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Brady flashes fourth-quarter mastery as Jets fail to finish off Patriots

The Jets had the Patriots right where they wanted them on Sunday, but Tom Brady and Julian Edelman had other ideas. 

FOXBORO, Mass. — The look on Willie Colon’s face, and the tenor of his voice said it all even before the Jets’ guard opened his mouth and spoke the truth.

“We felt like we had them right where we wanted them,” he said after the Patriots’ 30–23 victory on Sunday. “I am (angry), because I feel like we had them. I feel like we were the better team out there, but obviously we were not.”

With precisely 10:46 remaining in the fourth quarter, the Jets had the Patriots in the crosshairs. New York had made just enough plays on offense, frustrated Tom Brady with coverage and pass rush and got just enough poor execution by the Patriots (New England was dropping so many passes, especially Brandon LaFell, that it appeared it was doing tip drills) to lead 20–16. After LeGarrette Blount was dropped for a seven-yard loss, when he momentarily thought he was LeSean McCoy trying to cut back to the other side, and an incomplete pass, the Jets had the Patriots exactly where they wanted them: third and 17 at New England’s 27-yard line.

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You could smell a screen or dump off short of the marker coming. Jets fans were probably envisioning a stop and then a touchdown to go up by two scores. Against most quarterbacks and receivers in the league, that would be the case.

As if we needed another reminder, Tom Brady is not just another quarterback. His connection with Julian Edelman is anything but ordinary. And the play, from start to finish, was extraordinary.

There are two schools of thought on defending that down and distance. You can either play coverage, to force a perfect throw. Or you can bring pressure with the hope of getting the quarterback to get rid of the ball quickly before the deeper routes can develop. With the latter, of course, you risk more because if they do block it, there are less players in coverage.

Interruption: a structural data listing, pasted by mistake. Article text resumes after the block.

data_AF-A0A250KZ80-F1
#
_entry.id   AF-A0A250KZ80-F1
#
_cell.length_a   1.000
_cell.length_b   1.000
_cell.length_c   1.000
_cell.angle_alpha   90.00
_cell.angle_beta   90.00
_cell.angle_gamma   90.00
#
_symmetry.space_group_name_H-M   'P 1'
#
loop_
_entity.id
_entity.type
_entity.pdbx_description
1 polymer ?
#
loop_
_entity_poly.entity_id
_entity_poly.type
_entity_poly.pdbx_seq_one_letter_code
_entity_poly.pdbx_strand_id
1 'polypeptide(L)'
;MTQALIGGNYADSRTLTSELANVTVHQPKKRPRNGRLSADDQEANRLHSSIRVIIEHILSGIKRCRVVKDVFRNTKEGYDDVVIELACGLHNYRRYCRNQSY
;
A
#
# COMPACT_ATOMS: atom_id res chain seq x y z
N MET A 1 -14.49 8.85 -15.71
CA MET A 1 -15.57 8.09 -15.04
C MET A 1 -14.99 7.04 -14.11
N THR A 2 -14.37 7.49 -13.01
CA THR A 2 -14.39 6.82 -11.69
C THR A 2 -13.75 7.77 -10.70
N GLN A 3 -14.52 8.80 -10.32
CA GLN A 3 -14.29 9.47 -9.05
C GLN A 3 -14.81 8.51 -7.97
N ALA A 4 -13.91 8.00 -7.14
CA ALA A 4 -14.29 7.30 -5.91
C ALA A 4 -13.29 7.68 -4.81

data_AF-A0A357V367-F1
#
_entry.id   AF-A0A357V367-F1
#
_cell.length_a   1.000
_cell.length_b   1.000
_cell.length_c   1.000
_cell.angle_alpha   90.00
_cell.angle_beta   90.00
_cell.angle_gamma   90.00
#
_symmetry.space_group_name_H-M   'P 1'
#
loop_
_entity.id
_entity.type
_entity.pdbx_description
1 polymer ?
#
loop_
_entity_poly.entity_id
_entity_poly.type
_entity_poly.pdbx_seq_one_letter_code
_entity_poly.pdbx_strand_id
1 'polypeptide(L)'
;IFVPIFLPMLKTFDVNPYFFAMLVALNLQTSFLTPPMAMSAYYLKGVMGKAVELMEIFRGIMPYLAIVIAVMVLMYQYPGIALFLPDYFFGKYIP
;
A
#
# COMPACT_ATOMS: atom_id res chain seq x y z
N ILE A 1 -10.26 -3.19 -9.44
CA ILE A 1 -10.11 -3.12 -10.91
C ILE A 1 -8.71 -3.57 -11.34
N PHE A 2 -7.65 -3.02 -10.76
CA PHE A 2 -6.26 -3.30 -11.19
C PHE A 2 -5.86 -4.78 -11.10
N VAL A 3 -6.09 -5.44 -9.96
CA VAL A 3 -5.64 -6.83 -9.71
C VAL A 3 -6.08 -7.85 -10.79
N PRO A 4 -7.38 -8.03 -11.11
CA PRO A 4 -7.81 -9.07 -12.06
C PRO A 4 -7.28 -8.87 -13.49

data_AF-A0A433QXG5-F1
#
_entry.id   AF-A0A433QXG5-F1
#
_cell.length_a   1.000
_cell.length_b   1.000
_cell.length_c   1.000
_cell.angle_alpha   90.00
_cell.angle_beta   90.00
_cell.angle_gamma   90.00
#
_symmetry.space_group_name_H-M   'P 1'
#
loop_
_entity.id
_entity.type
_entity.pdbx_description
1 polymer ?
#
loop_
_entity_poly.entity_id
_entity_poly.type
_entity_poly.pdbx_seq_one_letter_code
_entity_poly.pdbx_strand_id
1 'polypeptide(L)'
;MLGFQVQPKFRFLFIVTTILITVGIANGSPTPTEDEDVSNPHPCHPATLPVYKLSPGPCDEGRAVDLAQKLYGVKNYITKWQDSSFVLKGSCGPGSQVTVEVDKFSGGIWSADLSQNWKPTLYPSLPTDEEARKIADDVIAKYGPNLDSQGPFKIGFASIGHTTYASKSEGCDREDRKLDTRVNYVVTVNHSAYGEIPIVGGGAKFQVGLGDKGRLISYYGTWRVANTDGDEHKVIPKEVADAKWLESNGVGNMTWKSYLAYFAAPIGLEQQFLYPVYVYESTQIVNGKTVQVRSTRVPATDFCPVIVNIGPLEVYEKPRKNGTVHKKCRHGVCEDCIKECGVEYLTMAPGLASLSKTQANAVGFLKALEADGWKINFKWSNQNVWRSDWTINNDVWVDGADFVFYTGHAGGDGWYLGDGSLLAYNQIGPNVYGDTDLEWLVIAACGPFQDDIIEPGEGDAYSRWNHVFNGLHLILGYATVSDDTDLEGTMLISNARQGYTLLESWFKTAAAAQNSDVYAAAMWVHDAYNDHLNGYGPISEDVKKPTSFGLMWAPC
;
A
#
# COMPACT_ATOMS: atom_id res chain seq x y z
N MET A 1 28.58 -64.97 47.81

Most of the game, the Jets played some version of man defense, with former Patriot Darrelle Revis on Edelman. On third down, the Jets decided to go conservative with a four-deep (both safeties and edge cornerbacks) and three under zone.

“We played in the zone—we played normal,” said Jets coach Todd Bowles. “You’ve got to play cat and mouse with them. You can’t give them what they want all the time, so we were trying to do that all game and it didn't work that time.”

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The Jets rushed four, and they were probably confident that Calvin Pace, Leonard Williams, Sheldon Richardson and Muhammad Wilkerson (all former first-round picks) could bring ample pressure since Brady would have to hold the ball a little longer to pick up the first down. Also the Patriots were answering the Jets’ Rolls Royce line with Bill’s Used Car Lot: right tackle Sebastian Vollmer playing left tackle, undrafted free agents Josh Kline and David Andrews at left guard and center, rookie Tre’ Jackson at right guard and right tackle Cameron Fleming, who was released and signed to the practice squad.

But they were more than up to the challenge. Vollmer was beat by Pace, but Brady stepped up to avoid the threat. Jackson chucked Richardson to start the play and then helped Fleming handle Wilkerson. The key blocks, both of the one-on-one variety, were thrown by Kline against Williams and Andrews vs. Richardson. Both misfit toys stood their rushers up and would not give ground. That gave Brady the pocket he needed.